HR1955 is aimed at the internet and defines “homegrown terrorism” and “violent radicalization”. The first term simply means the use, planned or threatened use of violence by a US citizen based or operating within US borders; the second term is the more worrying and means “the process of adopting or promoting an extremist belief system for the purpose of facilitating ideologically based violence to advance political, religious or social change”. (You can read the full text here and check the status of the Bill).
Now the truly scary bit is that HR1955 sets up a National Commission and a network of academic researchers to define certain ideologies as ‘thoughtcrimes’ and it encompasses the concept of ‘pre-crime’. The network of academic researchers and the commission will provide the basis for identifying certain ideologies as “thought-crimes”. Forgot Orwellian, this is more Minority Report with Nazi overtones (Note to Neo-Nazis I recently dealt with – don’t bother emailing me).
You really need to be aware of HR1955. If you’re too lazy to wade your way through the hefty legal text, then check out the video on LiveLeak (just under 10 mins) or watch this idiot’s guide on YouTube:
I found this YouTube video by a young Gothic-looking woman really got to me, particularly what she has to say about her son – I sometimes feel like her, no-one listens or cares about our loss of privacy:
This is anti-freedom of speech legislation. Nazi Germany created the crime of “Volksverhetzung”, which basically meant stirring up the populace through hate mongering or mobilizing against the status quo. Volksverhetzung is simply another term for radicalization.
So whilst the average citizen has its own tools of surveillance and can indulge in sousveillance, proposed legislation like HR1955 (from my reading of it) could be used to:
- suppress and prosecute US based groups engaged in quite legal but unpopular political activism. Who will judge it to be unpopular? The National Commission and academic researchers. So this may see groups like environmental activists (who big business would love to silence); Islamic sympathizers, anti-abortion activists and various right-wing organisations busted for “thought crimes’.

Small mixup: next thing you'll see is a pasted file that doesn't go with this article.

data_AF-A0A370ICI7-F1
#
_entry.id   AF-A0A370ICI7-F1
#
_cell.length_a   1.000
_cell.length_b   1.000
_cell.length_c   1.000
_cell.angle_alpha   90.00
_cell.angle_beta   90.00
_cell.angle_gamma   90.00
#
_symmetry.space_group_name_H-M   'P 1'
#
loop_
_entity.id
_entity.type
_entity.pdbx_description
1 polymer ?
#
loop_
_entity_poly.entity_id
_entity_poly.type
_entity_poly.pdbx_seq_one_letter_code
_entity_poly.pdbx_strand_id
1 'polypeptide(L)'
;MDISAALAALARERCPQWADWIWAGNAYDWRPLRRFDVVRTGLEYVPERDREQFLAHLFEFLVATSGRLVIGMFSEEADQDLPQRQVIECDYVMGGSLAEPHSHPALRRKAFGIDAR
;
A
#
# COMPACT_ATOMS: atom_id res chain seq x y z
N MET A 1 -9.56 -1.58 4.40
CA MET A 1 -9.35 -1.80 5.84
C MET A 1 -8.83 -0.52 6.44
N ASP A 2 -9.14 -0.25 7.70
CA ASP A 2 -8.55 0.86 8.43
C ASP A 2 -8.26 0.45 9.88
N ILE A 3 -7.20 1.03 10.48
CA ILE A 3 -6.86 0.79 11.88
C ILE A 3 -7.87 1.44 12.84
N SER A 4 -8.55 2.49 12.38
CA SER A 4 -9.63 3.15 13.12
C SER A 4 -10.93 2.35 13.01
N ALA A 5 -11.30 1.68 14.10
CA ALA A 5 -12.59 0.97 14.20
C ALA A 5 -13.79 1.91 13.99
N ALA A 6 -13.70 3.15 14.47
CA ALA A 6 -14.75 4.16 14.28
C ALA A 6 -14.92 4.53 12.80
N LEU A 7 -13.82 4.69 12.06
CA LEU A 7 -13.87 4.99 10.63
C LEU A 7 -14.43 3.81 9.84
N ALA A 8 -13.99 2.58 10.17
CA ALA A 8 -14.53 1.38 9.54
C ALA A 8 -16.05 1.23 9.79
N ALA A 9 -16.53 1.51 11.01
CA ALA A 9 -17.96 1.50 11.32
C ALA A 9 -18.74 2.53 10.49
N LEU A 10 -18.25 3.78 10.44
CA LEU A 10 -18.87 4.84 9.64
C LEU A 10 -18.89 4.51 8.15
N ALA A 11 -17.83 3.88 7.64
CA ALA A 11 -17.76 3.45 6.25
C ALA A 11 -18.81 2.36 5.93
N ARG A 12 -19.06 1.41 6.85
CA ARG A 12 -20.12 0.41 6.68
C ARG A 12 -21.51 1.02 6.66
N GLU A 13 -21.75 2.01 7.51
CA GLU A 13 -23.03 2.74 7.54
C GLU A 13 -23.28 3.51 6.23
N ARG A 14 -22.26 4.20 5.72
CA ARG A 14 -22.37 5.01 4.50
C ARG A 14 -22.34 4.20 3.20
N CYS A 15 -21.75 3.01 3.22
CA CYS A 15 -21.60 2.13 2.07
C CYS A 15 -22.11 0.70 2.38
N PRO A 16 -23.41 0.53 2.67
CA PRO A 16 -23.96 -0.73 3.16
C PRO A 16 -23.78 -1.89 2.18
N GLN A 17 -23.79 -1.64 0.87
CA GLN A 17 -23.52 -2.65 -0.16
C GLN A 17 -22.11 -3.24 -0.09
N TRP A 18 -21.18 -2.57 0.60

- s899B states: “The Internet has aided in facilitating violent radicalization, ideologically based violence, and the homegrown terrorism process in the United States by providing access to broad and constant streams of terrorist-related propaganda to United States citizens”. The internet is supposed to be free of Government interference, but not for long by the looks of this section of the Bill. So you could see YouTube videos taken down for example.
- the term “violent radicalization” is vaguely defined and leaves the door open to many interpretations. Socialism, communism, Neo-Nazis, white supremist groups could all be classified for example as extremist belief systems depending on your viewpoint. Heck, maybe even animal-liberationalists and people flinging themselves onto whale-hunting boats will be seen as extremists.
- s899A(4) defines “ideologically based violence” and is so vaguely defined that you are left wondering what constitutes violence. Is it civil disobedience? Is it a peaceful protest rally?
I’d like to think that ThinkingShift readers are concerned about societal issues whether this be environmental or threats to our civil liberties. If I’m right and you are: do yourself a favour and become familiar with HR1955. This post is just an alert and a summary for you. Then tell me what you think of HR1955.
Image source: Popular Mechanics